Pakistan's deadly descent into polio contagion
Pakistan was close to eradicating polio 10 years ago. But conspiracy theories, a Taliban insurgency and drive-by shootings of polio workers have reversed the gains. The BBC's M Ilyas Khan reports from the frontline of the government's war against the virus and the militants' war against its vaccinators.
"Polio workers had been shot in the area before, but we never imagined it could happen to us."
Falak Naz, a member of the World Health Organisation's polio eradication effort in north-western Pakistan, is in a desperate situation.
"I never anticipated I would be stranded in Peshawar city with an injured wife," he tells me at the Lady Reading hospital, where he has been tending his wife, one of several family members injured in a gun and grenade attack on his home in a rural district in April.
"I don't have the resources to take up a place in this city, and going back home is not only unsafe, I don't have proper living quarters there."
That attack on him was the second in a month in which gunmen have broken with the past pattern of drive-by shootings on the streets, and have instead followed health workers into their own homes.
Pakistan is one of three countries where polio is endemic and the WHO recently issued a grave warning about the resurgent threat of the polio virus. Part of the reason is precisely the inability of Pakistan to immunise some of its children in the most vulnerable areas.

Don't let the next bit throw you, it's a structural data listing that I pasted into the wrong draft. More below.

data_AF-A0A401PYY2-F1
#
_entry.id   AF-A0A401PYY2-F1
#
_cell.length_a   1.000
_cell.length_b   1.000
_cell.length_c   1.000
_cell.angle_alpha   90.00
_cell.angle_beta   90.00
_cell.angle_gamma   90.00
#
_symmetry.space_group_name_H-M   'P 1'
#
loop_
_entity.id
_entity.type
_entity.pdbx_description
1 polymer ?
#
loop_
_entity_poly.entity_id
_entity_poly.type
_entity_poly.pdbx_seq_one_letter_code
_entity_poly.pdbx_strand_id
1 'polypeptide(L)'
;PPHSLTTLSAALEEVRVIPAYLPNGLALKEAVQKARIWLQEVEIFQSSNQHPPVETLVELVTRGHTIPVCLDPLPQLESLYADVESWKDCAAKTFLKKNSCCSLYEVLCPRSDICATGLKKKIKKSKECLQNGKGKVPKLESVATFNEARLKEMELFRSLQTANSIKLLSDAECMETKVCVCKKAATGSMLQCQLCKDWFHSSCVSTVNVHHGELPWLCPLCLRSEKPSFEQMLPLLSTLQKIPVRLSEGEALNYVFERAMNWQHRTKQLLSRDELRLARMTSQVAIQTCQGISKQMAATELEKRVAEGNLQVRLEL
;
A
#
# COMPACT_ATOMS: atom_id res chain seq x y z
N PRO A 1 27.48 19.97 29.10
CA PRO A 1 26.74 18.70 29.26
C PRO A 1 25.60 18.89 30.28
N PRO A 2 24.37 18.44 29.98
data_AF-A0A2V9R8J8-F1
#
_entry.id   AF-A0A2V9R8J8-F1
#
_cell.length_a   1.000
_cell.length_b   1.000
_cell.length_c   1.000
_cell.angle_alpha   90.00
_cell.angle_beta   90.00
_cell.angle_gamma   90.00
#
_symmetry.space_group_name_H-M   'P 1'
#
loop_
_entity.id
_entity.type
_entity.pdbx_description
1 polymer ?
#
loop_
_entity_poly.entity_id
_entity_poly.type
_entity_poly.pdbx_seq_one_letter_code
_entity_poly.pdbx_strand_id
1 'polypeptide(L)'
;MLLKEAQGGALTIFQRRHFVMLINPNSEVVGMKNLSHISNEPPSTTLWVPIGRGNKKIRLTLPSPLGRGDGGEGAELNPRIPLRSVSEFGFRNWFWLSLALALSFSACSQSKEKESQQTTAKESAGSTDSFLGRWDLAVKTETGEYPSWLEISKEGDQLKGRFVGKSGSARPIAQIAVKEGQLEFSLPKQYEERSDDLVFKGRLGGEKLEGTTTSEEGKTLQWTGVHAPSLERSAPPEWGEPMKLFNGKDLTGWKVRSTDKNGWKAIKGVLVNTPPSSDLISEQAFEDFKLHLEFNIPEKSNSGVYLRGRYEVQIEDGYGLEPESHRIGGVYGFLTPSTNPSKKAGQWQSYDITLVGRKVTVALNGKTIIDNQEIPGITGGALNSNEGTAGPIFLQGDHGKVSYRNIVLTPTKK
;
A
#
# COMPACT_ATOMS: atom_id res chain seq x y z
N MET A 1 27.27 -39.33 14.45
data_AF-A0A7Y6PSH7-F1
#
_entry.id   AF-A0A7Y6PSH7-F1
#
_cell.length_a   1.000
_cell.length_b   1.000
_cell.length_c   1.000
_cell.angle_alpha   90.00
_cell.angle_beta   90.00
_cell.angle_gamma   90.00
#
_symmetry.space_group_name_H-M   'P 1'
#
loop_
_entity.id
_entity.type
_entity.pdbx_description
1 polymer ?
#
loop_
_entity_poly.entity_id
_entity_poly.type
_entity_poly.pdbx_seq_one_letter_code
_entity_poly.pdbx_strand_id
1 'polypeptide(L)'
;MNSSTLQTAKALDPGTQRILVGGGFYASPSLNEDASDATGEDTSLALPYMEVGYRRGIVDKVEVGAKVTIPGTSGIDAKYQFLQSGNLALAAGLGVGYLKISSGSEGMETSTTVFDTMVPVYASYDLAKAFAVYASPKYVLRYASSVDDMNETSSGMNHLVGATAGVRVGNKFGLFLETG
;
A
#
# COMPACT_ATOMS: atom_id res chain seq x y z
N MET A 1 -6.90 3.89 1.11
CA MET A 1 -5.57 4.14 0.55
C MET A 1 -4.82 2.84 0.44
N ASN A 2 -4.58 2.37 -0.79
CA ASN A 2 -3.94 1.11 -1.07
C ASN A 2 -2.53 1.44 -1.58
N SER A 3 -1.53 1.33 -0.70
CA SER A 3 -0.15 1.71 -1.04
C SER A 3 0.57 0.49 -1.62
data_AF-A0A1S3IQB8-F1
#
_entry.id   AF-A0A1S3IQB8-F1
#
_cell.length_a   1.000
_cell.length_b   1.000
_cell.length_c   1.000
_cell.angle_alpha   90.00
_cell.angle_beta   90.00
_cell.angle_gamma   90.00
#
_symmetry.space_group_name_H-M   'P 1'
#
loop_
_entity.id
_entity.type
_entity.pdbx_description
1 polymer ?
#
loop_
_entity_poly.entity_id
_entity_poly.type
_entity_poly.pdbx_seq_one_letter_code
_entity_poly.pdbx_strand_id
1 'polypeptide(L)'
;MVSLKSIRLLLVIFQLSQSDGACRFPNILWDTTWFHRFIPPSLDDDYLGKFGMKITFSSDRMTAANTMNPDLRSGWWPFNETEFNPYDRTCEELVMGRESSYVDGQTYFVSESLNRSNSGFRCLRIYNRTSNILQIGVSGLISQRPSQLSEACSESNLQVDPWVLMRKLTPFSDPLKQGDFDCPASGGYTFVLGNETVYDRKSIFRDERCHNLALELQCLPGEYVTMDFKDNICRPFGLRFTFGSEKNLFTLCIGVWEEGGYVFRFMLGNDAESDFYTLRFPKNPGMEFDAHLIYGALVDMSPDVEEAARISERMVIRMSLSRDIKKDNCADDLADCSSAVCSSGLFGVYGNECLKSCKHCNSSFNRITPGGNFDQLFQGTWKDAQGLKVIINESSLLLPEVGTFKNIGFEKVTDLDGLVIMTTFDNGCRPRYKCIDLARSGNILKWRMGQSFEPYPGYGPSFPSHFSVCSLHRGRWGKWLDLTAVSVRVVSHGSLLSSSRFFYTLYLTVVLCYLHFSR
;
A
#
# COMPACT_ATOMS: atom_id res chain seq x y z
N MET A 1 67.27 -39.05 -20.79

The violence is relentless and the source is ultimately the Taliban's conspiracy theories about the polio vaccine. As the death toll of the health workers rises, so does the incidence of polio.
In the four months since January, Pakistan has reported 59 new cases of polio, an all-time high for this generally low-transmission season. Of these, 42 cases have been reported from the tribal area of North Waziristan alone.
And this is where the reason for Pakistan's failure to eradicate polio lies, says Dr Imtiaz Ali Shah, head of the provincial government's Polio Monitoring Cell in Khyber Pakhtunkhwa (KP).
"The polio virus is under control all over the country," he says. "Cases reported in the KP, and even in Karachi, are an extension of the situation in Waziristan, where non-state groups do not allow vaccination. It is a political issue, which technical people like us cannot solve."
Pakistan was close to eradicating polio virus in 2005, when only 28 new cases were reported. Dr Shah says if not for the politics, polio could be eradicated in three months.
In that year militant groups based in Swat and parts of the tribal region along the border with Afghanistan decided to oppose the polio eradication initiative.
These groups used FM radio sermons to create hostility towards polio vaccination, calling it a conspiracy by the Americans to sexually sterilise children and thereby control the population of Muslims.
During subsequent years, health workers were roughed up in communities, or even kidnapped by organised groups. Some of them turned up dead.
The defiance grew more violent after 2011 when a Pakistani doctor was accused of running a fake vaccination campaign to help the American CIA track down Osama Bin Laden.